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Trip taken December 2013.

Glimpsing Elon University

As we drove through North Carolina, we learned that in many ways this state is similar to Massachusetts (e.g., mountains to the west, ocean to the east), if a tad bit warmer or at least more temperate. Many high school graduates must agree, as 10 percent of the students at Elon University hail from Massachusetts, second only in numbers to North Carolina itself. The rest of the student body is from another 46 states, D.C., and 47 nations. Located in the town of Elon, the campus is just 25 minutes from Greensboro and another 40 minutes to Chapel Hill.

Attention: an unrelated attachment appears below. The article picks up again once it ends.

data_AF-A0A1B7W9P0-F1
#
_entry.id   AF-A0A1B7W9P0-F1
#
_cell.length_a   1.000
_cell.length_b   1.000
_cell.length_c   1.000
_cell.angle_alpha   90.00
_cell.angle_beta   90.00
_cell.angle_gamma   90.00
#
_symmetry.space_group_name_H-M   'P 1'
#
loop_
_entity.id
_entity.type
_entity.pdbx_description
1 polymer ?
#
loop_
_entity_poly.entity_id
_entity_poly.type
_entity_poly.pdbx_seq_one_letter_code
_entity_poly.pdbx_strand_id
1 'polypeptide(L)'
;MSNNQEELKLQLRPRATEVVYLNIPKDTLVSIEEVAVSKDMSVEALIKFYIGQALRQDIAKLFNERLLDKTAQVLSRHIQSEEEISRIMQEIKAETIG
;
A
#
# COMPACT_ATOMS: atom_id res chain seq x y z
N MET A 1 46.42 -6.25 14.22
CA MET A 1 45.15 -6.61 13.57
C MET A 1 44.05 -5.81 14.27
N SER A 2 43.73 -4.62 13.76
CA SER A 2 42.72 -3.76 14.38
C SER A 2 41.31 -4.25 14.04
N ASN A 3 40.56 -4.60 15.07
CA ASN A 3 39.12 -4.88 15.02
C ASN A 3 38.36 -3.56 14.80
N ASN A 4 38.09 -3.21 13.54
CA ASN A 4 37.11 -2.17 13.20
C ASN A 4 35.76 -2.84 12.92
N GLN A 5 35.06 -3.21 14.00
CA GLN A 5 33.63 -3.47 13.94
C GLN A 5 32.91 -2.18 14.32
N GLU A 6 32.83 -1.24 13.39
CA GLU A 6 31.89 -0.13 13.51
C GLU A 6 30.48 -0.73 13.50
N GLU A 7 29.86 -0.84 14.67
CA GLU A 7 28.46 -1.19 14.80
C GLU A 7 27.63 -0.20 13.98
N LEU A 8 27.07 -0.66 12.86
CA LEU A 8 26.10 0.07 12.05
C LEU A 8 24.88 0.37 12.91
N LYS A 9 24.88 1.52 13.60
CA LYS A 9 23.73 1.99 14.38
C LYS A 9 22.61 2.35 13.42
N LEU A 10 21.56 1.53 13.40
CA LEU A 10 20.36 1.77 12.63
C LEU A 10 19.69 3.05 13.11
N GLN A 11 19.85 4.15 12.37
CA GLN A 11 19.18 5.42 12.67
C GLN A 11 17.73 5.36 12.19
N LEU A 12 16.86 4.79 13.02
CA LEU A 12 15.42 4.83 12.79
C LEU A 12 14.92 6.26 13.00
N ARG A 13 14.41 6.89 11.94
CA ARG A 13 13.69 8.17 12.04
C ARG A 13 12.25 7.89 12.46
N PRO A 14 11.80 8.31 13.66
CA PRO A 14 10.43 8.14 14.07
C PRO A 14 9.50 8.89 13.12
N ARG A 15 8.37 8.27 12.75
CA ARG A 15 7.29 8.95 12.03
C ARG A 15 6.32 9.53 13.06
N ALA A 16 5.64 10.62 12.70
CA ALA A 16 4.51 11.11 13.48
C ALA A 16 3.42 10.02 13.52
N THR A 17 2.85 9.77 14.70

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Once on Elon’s campus, we parked the car and walked around noting the new buildings and construction interspersed among older buildings on the 620-acre historic campus (Elon was founded in 1889). Though quiet when we visited (just days after Christmas), the campus accommodates 5,500 undergrads and 700 graduate students.

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Elon emphasizes community service and sends many of its students abroad while offering over 60 undergraduate majors in the areas of arts and sciences; education; health sciences; and law in addition to dual degrees in business and engineering.

At Elon, there are 17 intercollegiate sports (NCAA Division I), 40 intramural and club sports, over 200 student organizations, and 23 international fraternities and sororities. While its students are active, Elon stresses its academic environment.

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According to Elon’s mission statement, the school “embraces its founders vision of an academic community that transforms mind, body and spirit and encourages freedom of thought and liberty of conscience.”